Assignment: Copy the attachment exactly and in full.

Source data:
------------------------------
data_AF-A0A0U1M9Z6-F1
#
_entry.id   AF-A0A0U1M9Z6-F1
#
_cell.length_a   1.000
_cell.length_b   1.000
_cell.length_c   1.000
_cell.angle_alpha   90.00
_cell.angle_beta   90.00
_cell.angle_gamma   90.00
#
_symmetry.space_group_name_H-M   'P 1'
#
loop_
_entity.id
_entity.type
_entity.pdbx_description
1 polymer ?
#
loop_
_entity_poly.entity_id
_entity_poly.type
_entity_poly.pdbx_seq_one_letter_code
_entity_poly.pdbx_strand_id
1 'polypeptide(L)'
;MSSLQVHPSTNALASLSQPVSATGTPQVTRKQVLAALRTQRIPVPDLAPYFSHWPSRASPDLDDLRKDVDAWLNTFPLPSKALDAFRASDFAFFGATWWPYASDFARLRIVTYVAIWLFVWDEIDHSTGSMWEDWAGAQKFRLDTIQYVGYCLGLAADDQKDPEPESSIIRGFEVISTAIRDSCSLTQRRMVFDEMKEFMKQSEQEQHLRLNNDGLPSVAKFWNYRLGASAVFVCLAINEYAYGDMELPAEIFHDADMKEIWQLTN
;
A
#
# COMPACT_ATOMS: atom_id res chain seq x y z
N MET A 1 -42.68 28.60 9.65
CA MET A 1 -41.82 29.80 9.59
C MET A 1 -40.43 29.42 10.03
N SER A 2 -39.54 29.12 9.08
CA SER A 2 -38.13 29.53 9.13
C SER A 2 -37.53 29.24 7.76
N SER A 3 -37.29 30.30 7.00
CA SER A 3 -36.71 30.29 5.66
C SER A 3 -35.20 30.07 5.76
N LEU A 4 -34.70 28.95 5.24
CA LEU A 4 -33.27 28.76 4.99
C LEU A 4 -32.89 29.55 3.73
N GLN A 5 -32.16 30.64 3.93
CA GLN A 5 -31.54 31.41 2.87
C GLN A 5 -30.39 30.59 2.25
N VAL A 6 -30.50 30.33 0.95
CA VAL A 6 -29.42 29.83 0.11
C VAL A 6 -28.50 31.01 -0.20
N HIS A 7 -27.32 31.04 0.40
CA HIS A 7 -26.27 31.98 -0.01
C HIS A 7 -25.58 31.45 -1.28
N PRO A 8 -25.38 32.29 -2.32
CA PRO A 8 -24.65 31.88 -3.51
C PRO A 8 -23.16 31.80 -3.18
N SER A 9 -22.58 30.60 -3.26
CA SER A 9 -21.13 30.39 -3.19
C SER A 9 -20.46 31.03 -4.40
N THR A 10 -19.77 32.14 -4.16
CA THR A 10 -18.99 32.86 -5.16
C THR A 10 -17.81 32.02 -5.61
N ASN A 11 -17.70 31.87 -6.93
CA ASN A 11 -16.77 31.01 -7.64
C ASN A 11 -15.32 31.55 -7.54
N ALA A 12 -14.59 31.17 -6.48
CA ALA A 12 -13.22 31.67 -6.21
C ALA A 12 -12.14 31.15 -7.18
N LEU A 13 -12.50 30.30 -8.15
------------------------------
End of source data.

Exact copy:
data_AF-A0A0U1M9Z6-F1
#
_entry.id   AF-A0A0U1M9Z6-F1
#
_cell.length_a   1.000
_cell.length_b   1.000
_cell.length_c   1.000
_cell.angle_alpha   90.00
_cell.angle_beta   90.00
_cell.angle_gamma   90.00
#
_symmetry.space_group_name_H-M   'P 1'
#
loop_
_entity.id
_entity.type
_entity.pdbx_description
1 polymer ?
#
loop_
_entity_poly.entity_id
_entity_poly.type
_entity_poly.pdbx_seq_one_letter_code
_entity_poly.pdbx_strand_id
1 'polypeptide(L)'
;MSSLQVHPSTNALASLSQPVSATGTPQVTRKQVLAALRTQRIPVPDLAPYFSHWPSRASPDLDDLRKDVDAWLNTFPLPSKALDAFRASDFAFFGATWWPYASDFARLRIVTYVAIWLFVWDEIDHSTGSMWEDWAGAQKFRLDTIQYVGYCLGLAADDQKDPEPESSIIRGFEVISTAIRDSCSLTQRRMVFDEMKEFMKQSEQEQHLRLNNDGLPSVAKFWNYRLGASAVFVCLAINEYAYGDMELPAEIFHDADMKEIWQLTN
;
A
#
# COMPACT_ATOMS: atom_id res chain seq x y z
N MET A 1 -42.68 28.60 9.65
CA MET A 1 -41.82 29.80 9.59
C MET A 1 -40.43 29.42 10.03
N SER A 2 -39.54 29.12 9.08
CA SER A 2 -38.13 29.53 9.13
C SER A 2 -37.53 29.24 7.76
N SER A 3 -37.29 30.30 7.00
CA SER A 3 -36.71 30.29 5.66
C SER A 3 -35.20 30.07 5.76
N LEU A 4 -34.70 28.95 5.24
CA LEU A 4 -33.27 28.76 4.99
C LEU A 4 -32.89 29.55 3.73
N GLN A 5 -32.16 30.64 3.93
CA GLN A 5 -31.54 31.41 2.87
C GLN A 5 -30.39 30.59 2.25
N VAL A 6 -30.50 30.33 0.95
CA VAL A 6 -29.42 29.83 0.11
C VAL A 6 -28.50 31.01 -0.20
N HIS A 7 -27.32 31.04 0.40
CA HIS A 7 -26.27 31.98 -0.01
C HIS A 7 -25.58 31.45 -1.28
N PRO A 8 -25.38 32.29 -2.32
CA PRO A 8 -24.65 31.88 -3.51
C PRO A 8 -23.16 31.80 -3.18
N SER A 9 -22.58 30.60 -3.26
CA SER A 9 -21.13 30.39 -3.19
C SER A 9 -20.46 31.03 -4.40
N THR A 10 -19.77 32.14 -4.16
CA THR A 10 -18.99 32.86 -5.16
C THR A 10 -17.81 32.02 -5.61
N ASN A 11 -17.70 31.87 -6.93
CA ASN A 11 -16.77 31.01 -7.64
C ASN A 11 -15.32 31.55 -7.54
N ALA A 12 -14.59 31.17 -6.48
CA ALA A 12 -13.22 31.67 -6.21
C ALA A 12 -12.14 31.15 -7.18
N LEU A 13 -12.50 30.30 -8.15